Application of a Diabetes Managed Care Program: The feasibility of using nurses and a computer system to provide effective care
- Department of Medicine, UCLA School of Medicine, University of California Los Angeles
- Department of Diabetes, Endocrinology and Metabolism, City of Hope National Medical Center Duarte, California
- Address correspondence and reprint requests to Anne L. Peters, MD, UCLA Department of Medicine, 200 UCLA Medical Plaza, Suite 365, Los Angeles, CA 90095.
OBJECTIVE Treatment of patients with diabetes often falls short of recommended process and outcome guidelines. To improve the quality of the provided diabetes care, a program (the Comprehensive Diabetes Care Service [CDCS]) using a computerizing tracking and recall system in conjunction with nurses following protocols was implemented in a managed care setting. The impact of this program was studied and compared to the care provided to patients in another managed care setting.
RESEARCH DESIGN AND METHODS Patients followed in the CDCS who completed a diabetes education course were compared with patients followed in a group model health maintenance organization (GMH) who also completed a diabetes education course. CDCS patients received routine care in the program. GMH patients came to the CDCS yearly to have a diabetes evaluation. A chart review was also performed on their GMH outpatient records.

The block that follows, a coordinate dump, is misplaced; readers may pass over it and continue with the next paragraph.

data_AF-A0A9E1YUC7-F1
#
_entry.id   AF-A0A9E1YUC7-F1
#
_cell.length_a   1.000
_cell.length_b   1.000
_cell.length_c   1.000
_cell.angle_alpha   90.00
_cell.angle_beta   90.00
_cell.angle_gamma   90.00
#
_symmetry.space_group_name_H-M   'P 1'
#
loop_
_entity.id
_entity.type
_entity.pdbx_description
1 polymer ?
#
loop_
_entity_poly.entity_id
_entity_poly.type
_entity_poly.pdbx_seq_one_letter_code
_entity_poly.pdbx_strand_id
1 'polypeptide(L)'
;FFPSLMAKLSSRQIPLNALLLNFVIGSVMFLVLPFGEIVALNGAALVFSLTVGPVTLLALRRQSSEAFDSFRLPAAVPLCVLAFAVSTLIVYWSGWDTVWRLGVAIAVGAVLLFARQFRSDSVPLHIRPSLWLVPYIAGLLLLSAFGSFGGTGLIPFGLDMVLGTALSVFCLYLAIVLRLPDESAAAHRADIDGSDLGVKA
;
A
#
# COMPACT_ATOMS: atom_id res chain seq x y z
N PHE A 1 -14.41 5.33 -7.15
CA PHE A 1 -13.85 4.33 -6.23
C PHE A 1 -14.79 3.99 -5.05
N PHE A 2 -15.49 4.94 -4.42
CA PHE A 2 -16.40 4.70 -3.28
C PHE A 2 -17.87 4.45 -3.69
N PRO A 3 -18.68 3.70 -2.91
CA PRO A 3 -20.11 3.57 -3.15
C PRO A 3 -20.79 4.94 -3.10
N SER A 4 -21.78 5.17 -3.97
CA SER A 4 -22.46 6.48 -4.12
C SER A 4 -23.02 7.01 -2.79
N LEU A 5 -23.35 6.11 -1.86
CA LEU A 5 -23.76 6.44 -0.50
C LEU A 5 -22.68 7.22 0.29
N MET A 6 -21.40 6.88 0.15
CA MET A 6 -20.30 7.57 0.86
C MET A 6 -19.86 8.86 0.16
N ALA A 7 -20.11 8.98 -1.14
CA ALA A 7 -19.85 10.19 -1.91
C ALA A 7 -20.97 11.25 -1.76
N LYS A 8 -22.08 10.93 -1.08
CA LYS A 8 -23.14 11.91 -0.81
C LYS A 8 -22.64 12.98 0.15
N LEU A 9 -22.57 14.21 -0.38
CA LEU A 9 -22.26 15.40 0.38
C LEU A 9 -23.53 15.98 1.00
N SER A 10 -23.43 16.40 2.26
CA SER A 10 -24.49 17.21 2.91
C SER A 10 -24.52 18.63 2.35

RESULTS Initial HbA1c levels were higher in the CDCS group than in the GMH group (median of 11.9 vs. 10.0%). In the CDCS patients, HbA1c levels not only fell significantly but were also significantly lower (P < 0.05) than in the GMH patients during the 2nd and 3rd year of follow-up care. There were no significant changes in HbA1c levels in the GMH patients. When CDCS patients were divided into compliant and noncompliant patients, the median HbA1c levels in compliant patients was 8.2%, compared with 11.5% in the noncompliant group. The CDCS patients who needed treatment for hypercholesterolemia were more likely to have a lowering of their cholesterol levels than the GMH patients. All process measures, such as yearly measurement of HbA1c levels, lipid levels, and foot and retinal exams, occurred much more frequently in the CDCS patients.
CONCLUSIONS The system developed and implemented for managing diabetes improved both outcome and process measures. The comparison group, followed at another managed care setting, received the care consistent with the average (suboptimal) quality of care provided to patients with diabetes in the U.S. Therefore, by using innovative systems of management, the treatment of patients with diabetes can be greatly improved.
- Received December 3, 1997.
- Revision received March 23, 1998.
- Accepted March 23, 1998.
- Copyright © 1998 by the American Diabetes Association